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Citizen science predicts the distribution  of pine trees in the Fennoscandian Arctic             
  • Juan Ignacio Ramirez
Juan Ignacio Ramirez
Umeå University

Corresponding Author:[email protected]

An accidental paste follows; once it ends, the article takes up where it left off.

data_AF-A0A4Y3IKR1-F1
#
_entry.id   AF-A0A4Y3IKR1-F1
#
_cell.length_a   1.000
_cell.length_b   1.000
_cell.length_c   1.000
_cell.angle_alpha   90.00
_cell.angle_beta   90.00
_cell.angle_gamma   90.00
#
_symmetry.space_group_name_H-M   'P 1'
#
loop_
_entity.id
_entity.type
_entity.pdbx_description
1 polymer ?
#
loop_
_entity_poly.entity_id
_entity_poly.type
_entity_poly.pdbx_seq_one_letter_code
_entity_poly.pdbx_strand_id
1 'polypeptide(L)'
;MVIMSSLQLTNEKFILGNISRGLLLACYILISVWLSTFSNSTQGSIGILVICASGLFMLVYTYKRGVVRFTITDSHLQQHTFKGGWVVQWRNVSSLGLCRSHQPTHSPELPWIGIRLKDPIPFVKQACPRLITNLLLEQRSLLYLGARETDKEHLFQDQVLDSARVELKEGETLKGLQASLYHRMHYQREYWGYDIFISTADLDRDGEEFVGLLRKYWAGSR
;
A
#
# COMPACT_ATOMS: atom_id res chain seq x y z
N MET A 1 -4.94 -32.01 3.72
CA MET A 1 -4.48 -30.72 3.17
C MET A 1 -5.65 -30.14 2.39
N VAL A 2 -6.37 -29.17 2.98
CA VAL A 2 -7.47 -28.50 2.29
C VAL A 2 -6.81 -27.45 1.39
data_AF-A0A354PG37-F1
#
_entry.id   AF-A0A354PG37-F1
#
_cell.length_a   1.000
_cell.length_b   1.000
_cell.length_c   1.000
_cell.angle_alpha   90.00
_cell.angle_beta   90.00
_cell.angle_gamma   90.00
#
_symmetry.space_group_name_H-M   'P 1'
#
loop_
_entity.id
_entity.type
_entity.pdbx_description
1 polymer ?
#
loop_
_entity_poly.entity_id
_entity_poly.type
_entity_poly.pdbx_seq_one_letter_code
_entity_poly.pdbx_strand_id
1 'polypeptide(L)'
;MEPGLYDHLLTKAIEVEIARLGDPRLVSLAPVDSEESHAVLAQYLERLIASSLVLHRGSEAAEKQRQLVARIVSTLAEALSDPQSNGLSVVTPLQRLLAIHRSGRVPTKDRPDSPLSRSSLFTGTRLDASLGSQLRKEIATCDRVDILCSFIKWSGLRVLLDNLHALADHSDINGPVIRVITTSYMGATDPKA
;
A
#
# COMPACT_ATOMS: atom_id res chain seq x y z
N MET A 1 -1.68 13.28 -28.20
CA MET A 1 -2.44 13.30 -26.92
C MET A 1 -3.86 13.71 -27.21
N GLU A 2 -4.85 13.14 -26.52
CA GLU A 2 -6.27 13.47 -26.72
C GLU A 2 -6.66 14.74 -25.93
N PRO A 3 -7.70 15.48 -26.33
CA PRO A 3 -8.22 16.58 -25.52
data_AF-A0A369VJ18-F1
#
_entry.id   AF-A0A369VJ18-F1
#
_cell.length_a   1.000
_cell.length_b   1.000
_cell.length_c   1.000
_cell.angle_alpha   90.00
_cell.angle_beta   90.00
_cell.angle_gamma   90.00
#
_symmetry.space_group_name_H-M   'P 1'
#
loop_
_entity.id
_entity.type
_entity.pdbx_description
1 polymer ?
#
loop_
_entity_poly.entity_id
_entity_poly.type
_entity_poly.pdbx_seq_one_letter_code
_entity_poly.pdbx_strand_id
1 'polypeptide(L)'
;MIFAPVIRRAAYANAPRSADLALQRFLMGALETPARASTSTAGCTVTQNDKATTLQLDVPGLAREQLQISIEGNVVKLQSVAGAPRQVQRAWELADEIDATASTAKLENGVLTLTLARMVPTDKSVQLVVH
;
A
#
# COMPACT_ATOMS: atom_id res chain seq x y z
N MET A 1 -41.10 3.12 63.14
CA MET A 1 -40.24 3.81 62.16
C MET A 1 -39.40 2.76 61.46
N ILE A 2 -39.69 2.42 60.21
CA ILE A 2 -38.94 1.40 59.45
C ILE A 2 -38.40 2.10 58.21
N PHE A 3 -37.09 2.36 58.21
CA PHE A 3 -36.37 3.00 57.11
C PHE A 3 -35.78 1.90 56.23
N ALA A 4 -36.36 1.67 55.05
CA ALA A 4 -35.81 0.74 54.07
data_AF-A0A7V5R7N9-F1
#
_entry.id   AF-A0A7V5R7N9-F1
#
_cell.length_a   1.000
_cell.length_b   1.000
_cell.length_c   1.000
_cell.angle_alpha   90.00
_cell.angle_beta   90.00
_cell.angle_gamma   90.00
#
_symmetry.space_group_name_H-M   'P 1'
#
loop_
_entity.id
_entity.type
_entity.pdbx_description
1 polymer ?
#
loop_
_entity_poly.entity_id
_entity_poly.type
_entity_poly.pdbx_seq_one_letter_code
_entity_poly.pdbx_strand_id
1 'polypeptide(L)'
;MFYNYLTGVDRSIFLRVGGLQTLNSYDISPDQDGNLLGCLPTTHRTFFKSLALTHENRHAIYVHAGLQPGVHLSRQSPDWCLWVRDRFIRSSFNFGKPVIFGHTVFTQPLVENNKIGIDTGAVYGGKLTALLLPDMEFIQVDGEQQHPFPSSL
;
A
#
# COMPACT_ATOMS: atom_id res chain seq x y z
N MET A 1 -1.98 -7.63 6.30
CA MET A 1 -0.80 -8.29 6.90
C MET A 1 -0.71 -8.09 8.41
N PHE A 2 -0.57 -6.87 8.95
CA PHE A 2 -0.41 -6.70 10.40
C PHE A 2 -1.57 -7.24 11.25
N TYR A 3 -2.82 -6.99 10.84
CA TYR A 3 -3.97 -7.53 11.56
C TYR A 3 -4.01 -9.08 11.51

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The effects of climate change in the Arctic are particularly pronounced since temperatures have risen nearly three to four times as fast as in the rest of the planet. Shifts in climatic patterns enable the expansion of temperature-limited vegetation at a global scale to higher latitudes and elevations. The purpose of this study is to predict the distribution of pine trees (Pinus sylvestris) across Fennoscandia by drawing from three distinctive datasets. I ask (i) How will the distribution of pine trees will respond to climate change in the next 50 years? (ii) Which method used to collect data is better at predicting the distribution of pine? Three datasets on pine presence together with environmental data were used to model pine distribution with Generalized Linear Models. The first dataset belongs to the Swedish National Forest Inventory and the second is from a Swedish online portal where citizens report their observations of species. The third was compiled by setting up a network of vegetation plots along an elevation gradient in Sweden and Norway. Current and future environmental data was sourced from the Coupled Model Intercomparison Project. The probability of pine presence in general increased with temperature and decreased with precipitation. Therefore, the model forecasts that pine will expand in distribution to areas of higher elevation. The citizen science dataset was superior in predicting pine distribution due to the large number and the wide spatial distribution of observations. The conservation of the tundra and the unique ecosystem process taking place in this area will be threatened by the encroachment of the evergreen treeline which is driven by climate, and citizen science holds unique importance for wide spatial and temporal ecological research.